What is Urinary Incontinence?
Urinary incontinence is involuntary bladder leakage of any kind and an overall loss of bladder control, which can make everyday life uncomfortable. Urinary incontinence is not a disease or illness but rather an indicator of other underlying bodily and health problems that are occurring in the body. There can be many factors that need to be taken into account while treating this issue, and it is a condition that is more common that you may know.
What Causes it?
The causes of urinary incontinence can vary and depend on multiple aspects. Firstly, temporary incontinence can occur due to consumption of certain foods and drinks. Alcohol, caffeine (i.e. coffee or tea), high sugar content, smoking, and some medications such as muscle relaxers can all cause irritations in the bladder. Diabetes, stroke, Multiple Sclerosis, and Parkinson’s disease can also be major causes, as well as surgery, menopause, and obesity. Essentially, anything that is interfering with the urinary system working correctly can cause urine to leak and loss of bladder control.
Urinary incontinence is a problem that is more associated with women, but men can experience this issue as well. In women, stress incontinence is usually experienced the most. Stress incontinence is experienced when any movement such as sneezing, laughing, coughing, bending, lifting, or physical activity such as running puts pressure on the bladder and causes urine to leak. This type of urinary incontinence can happen to women who have been pregnant and gone through childbirth, cystocele and pelvic organ prolapse, and menopause. Urge incontinence, also called overactive bladder, is another type of urinary incontinence women can sometimes experience, where the overwhelming urge to urinate is felt very suddenly and cannot be ignored or stopped.
It is a reasonable question to ask why incontinence affects women more than men and why factors such as pregnancy or menopause play a part. After pregnancy and childbirth, either by vaginal or c-section delivery, the pelvic floor muscles that support the bladder, urethra, uterus (womb), and bowels may become weaker or damaged. When the muscles that support the urinary tract are weak, those muscles in the urinary tract must work harder to hold urine until you are ready to go to the bathroom. This extra stress or pressure on the bladder and urethra can cause urinary incontinence or leakage. As previously mentioned, women experiencing menopause are at risk of developing urinary incontinence as well. This may be due to the drop in the estrogen hormone.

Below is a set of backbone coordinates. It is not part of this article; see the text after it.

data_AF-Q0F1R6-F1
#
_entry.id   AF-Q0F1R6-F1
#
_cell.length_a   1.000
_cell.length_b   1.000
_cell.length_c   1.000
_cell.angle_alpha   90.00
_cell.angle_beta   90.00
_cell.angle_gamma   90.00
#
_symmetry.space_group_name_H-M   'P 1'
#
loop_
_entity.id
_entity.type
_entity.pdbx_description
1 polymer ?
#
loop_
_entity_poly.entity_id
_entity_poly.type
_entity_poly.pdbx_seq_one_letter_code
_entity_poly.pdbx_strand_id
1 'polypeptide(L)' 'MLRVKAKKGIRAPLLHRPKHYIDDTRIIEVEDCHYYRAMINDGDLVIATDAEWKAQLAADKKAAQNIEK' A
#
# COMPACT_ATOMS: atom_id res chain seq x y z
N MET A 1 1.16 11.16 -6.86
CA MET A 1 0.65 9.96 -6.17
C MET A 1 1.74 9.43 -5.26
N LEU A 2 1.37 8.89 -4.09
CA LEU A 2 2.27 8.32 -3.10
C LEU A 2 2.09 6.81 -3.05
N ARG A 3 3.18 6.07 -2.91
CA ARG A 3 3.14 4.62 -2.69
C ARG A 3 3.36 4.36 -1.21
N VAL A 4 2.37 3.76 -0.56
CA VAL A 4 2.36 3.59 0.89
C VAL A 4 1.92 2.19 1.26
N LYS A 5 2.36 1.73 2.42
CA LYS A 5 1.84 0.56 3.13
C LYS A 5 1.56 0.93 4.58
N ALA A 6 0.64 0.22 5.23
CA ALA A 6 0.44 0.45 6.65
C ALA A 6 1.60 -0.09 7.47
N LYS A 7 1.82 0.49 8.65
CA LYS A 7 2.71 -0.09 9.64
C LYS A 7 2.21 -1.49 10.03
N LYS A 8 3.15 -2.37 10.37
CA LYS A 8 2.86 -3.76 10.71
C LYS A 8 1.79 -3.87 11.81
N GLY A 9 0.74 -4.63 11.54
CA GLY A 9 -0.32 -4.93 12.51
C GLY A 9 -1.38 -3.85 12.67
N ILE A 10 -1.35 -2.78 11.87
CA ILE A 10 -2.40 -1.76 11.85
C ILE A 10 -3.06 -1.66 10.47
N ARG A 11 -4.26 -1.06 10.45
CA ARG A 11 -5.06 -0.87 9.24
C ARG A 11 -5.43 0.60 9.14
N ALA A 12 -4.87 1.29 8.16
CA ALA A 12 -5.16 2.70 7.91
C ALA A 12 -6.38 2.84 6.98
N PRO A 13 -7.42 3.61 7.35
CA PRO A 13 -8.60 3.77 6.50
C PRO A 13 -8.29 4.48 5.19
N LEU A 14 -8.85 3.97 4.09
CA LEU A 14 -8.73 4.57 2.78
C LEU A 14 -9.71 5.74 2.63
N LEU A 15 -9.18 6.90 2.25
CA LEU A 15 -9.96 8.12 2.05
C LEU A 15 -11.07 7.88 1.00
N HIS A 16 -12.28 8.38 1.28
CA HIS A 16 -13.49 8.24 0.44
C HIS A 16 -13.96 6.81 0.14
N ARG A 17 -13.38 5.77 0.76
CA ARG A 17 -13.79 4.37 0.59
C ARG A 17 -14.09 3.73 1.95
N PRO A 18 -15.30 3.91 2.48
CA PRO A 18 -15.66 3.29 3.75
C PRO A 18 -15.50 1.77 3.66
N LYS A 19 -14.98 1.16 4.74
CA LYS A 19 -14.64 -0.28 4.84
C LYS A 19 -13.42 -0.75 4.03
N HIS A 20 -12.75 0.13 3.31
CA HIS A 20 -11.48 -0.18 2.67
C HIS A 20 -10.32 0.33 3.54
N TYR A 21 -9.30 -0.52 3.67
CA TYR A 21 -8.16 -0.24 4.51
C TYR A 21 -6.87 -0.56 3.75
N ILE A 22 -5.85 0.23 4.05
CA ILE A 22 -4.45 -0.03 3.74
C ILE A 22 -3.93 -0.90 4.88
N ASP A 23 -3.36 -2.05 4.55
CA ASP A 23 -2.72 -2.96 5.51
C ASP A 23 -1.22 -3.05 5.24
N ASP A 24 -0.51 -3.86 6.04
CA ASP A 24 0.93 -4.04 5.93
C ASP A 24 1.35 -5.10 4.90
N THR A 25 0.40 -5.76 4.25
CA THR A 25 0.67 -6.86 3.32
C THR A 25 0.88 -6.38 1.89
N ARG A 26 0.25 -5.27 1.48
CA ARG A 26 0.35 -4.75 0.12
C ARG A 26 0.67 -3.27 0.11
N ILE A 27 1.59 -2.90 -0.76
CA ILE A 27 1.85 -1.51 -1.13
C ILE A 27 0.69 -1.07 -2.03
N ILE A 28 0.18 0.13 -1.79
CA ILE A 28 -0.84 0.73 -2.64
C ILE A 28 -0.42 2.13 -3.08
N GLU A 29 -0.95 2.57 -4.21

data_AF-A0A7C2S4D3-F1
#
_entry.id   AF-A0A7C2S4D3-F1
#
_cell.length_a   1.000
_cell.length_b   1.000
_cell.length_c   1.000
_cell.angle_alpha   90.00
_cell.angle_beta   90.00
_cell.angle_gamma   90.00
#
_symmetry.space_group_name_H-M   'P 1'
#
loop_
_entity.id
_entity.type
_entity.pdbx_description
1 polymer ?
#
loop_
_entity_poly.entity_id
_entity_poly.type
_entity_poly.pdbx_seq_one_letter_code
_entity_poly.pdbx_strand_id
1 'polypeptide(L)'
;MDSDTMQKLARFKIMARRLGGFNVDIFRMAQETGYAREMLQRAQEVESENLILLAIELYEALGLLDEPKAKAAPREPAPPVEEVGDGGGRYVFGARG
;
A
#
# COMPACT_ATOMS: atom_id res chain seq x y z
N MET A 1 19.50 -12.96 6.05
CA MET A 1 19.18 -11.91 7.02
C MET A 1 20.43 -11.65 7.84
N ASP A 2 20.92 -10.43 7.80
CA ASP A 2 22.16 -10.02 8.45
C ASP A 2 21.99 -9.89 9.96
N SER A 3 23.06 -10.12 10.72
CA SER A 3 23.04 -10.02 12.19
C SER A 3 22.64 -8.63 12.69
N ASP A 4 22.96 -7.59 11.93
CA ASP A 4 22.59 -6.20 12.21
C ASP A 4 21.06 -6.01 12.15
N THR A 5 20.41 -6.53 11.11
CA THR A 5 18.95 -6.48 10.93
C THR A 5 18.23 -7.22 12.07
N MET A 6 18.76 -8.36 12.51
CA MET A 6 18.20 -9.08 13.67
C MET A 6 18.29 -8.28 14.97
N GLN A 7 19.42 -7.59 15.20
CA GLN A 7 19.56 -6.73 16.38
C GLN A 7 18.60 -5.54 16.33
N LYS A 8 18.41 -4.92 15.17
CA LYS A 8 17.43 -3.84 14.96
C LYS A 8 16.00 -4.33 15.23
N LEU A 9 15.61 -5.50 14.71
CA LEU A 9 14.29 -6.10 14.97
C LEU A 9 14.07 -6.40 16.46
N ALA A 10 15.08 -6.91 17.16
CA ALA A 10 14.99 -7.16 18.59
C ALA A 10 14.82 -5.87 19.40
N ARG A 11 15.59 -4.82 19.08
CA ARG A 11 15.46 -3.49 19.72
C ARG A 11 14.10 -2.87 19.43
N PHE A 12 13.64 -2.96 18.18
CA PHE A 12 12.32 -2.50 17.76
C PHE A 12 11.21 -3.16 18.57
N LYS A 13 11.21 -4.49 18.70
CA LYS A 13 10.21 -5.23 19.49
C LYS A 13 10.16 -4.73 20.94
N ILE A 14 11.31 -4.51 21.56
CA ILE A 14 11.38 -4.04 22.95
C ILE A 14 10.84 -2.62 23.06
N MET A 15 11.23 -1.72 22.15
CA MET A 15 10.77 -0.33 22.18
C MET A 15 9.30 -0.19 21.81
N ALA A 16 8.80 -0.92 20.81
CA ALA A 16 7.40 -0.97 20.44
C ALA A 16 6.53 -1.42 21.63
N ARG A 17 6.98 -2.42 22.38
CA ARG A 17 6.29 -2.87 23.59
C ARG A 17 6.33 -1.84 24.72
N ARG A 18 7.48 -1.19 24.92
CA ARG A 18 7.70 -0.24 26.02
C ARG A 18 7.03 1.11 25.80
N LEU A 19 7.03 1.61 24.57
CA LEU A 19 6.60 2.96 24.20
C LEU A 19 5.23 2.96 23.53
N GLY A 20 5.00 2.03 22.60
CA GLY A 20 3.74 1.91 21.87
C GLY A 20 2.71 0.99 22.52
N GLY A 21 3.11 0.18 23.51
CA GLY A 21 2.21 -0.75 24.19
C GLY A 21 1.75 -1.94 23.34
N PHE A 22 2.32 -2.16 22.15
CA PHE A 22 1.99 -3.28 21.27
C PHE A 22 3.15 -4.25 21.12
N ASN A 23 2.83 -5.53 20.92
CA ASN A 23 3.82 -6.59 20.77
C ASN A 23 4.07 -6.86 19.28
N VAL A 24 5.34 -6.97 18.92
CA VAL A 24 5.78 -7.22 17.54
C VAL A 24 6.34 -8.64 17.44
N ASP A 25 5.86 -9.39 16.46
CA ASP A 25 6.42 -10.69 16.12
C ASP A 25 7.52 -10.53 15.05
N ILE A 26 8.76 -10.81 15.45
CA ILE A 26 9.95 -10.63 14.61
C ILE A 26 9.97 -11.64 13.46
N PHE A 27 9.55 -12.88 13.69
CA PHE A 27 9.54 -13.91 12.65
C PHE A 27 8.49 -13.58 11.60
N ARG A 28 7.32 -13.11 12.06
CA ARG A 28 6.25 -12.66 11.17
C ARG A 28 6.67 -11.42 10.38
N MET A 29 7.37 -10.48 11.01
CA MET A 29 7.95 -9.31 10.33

In men, the most common type of incontinence men experience is overflow incontinence, which happens when the bladder is full. It is rare in women and more common in men who have problems with the prostate. Constant dribbling and feeling the need to go to the bathroom are often common symptoms. Men with prostate gland problems are at an increased risk of urge incontinence as well. The most common cause of incontinence in men is prostate surgery. Other medical conditions that men may have that cause urinary leaking are prostate cancer and enlargement of the prostate gland. For both women and men, injury to the nervous system, birth defects, and physiological problems associated with aging can cause incontinence. In some instances, some people both leak urine with activity (stress urinary incontinence) and also feel the urge to urinate often (overflow urinary incontinence), a condition known as mixed incontinence. Medical conditions that are easily treatable such as urinary tract infections and constipation can also trigger some kinds of incontinence.
How is Urinary Incontinence Diagnosed?